Cat flu: signs and symptoms

Cat flu is very common and can vary from mild to severe. Our advice can help keep your cat healthy and protected.

cat under blanket

What is cat flu?

Cat flu (or feline viral infectious respiratory disease) is very common in cats and causes symptoms that are similar to that of the human cold. While some cases can be mild, others can be life-threatening, particularly in kittens, so it’s important for all owners to be aware of the condition.

Kittens and cats with underlying health issues are most at risk of developing severe complications, including lasting eye damage and even total sight loss. In some rare cases, it can be fatal.

 

The causes of cat flu

Most cat flu cases are caused by feline herpesvirus or feline calicivirus. These viruses are highly contagious and usually spread between cats through direct contact, sneeze droplets and shared food bowls. Virus particles can survive for up to a week in the environment, so your cat may not need to encounter an infected cat to catch the disease.

 

Does my cat have flu?

Signs tend to appear after two to 10 days, and can include:

  • sneezing
  • discharge from nose and eyes
  • tiredness
  • lack of appetite
  • fever.

Symptoms vary considerably, from very mild to increasingly severe. If you spot any of the above, speak to your vet straight away.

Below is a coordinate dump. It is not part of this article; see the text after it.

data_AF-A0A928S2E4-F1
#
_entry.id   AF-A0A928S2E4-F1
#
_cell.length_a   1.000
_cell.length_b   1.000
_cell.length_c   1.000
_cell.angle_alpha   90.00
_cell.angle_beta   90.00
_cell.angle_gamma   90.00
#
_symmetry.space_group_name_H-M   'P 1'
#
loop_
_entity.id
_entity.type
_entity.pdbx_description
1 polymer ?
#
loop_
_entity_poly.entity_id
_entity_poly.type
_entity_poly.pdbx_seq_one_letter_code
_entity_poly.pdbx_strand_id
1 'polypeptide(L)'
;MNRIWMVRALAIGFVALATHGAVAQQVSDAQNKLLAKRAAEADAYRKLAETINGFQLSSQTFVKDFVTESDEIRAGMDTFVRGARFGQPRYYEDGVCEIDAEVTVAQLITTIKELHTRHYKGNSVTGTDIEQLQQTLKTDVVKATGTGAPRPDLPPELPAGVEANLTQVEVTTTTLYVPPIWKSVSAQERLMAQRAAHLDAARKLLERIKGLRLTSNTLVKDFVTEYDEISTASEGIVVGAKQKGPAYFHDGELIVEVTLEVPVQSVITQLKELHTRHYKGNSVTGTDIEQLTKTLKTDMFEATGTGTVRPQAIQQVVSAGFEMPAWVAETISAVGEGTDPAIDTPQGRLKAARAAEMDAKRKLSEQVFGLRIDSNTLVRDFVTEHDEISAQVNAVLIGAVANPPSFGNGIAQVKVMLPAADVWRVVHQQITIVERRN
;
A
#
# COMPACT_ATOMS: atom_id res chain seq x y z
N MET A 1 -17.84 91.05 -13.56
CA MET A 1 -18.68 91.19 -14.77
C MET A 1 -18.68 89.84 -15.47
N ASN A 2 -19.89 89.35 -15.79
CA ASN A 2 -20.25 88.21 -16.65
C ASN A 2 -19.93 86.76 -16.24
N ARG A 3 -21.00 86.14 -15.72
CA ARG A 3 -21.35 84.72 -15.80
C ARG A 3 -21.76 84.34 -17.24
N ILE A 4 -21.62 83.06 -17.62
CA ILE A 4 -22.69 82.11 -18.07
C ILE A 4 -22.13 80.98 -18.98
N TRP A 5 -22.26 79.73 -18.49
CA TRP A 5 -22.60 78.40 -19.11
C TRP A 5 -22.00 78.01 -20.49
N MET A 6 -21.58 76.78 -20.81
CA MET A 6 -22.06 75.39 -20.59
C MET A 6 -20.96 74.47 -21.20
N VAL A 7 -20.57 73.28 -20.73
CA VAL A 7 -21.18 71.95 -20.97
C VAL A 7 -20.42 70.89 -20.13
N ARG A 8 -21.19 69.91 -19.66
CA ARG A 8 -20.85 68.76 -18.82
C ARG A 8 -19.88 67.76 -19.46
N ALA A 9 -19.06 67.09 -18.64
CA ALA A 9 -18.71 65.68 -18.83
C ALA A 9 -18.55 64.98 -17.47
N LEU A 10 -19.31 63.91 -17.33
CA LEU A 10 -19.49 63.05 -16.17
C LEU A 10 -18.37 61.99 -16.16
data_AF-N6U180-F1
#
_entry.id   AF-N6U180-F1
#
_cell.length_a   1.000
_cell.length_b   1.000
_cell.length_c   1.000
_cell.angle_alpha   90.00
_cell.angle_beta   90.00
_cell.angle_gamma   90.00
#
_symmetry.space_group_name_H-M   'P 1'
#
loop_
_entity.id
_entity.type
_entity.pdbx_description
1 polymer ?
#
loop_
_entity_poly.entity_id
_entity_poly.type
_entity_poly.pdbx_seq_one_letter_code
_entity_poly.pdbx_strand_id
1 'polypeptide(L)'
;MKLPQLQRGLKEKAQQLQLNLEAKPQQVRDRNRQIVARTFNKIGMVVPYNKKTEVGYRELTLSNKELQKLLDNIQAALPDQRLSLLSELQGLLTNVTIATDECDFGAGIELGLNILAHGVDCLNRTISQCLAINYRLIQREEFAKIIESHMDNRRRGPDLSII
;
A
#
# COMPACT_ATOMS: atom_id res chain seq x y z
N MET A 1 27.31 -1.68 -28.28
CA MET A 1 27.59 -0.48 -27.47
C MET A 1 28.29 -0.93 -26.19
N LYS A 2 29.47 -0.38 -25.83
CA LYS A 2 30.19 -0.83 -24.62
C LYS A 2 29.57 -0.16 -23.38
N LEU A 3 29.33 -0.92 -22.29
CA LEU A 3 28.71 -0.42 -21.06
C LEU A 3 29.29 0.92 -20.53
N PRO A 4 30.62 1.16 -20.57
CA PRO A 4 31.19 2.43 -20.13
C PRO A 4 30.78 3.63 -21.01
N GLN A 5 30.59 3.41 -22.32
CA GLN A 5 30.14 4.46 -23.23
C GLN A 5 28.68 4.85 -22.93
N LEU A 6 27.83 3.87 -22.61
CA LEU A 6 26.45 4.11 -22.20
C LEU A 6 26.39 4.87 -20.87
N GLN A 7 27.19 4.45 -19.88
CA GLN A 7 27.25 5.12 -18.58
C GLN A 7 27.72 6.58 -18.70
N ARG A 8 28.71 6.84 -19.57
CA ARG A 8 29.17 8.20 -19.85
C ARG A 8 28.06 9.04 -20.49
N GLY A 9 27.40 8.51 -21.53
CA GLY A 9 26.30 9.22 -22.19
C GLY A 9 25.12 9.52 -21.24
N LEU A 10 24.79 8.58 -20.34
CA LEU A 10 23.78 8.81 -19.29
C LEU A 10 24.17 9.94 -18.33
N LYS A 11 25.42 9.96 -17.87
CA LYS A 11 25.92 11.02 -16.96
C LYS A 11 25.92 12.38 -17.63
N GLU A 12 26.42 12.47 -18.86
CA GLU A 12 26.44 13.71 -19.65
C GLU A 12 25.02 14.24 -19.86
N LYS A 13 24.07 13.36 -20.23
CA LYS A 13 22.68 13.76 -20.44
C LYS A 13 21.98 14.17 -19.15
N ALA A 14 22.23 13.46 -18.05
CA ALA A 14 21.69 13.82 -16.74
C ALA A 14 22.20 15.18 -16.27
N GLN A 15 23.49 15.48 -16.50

Treating cat flu

Just like human colds, there isn’t a cure for cat flu. Antibiotics can’t treat the viruses that cause it, but they can help if there’s a secondary bacterial infection caused by damage to the lining of the nose and airways; if left untreated this can cause complications, such as pneumonia.

Your cat will need extra special care at home to help them get better. A blocked nose and mouth ulcers can make it difficult to eat and drink which can lead to dangerous levels of dehydration. Wet, strong-smelling foods will be more appetising for cats with a blocked nose and sore throat, and will also help boost their water intake.

Encourage your cat to drink as much as possible, as fluids can help loosen thick mucus; intravenous fluids may be required if they’re still reluctant to drink. Regularly wipe away any discharge from the eyes or nose with damp cotton wool and keep them warm and comfortable throughout their illness.

 

Preventing cat flu

Vaccinations protect against some of the viruses that can cause cat flu. These are required as part of their primary vaccinations as a kitten, and as regular boosters throughout their life. However, these vaccines don’t cover every single cause of cat flu, so regularly disinfecting their bedding, litter tray and toys, particularly if you have more than one cat, is still recommended.

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Find out more about protecting against cat flu at your nearest Medivet practice.

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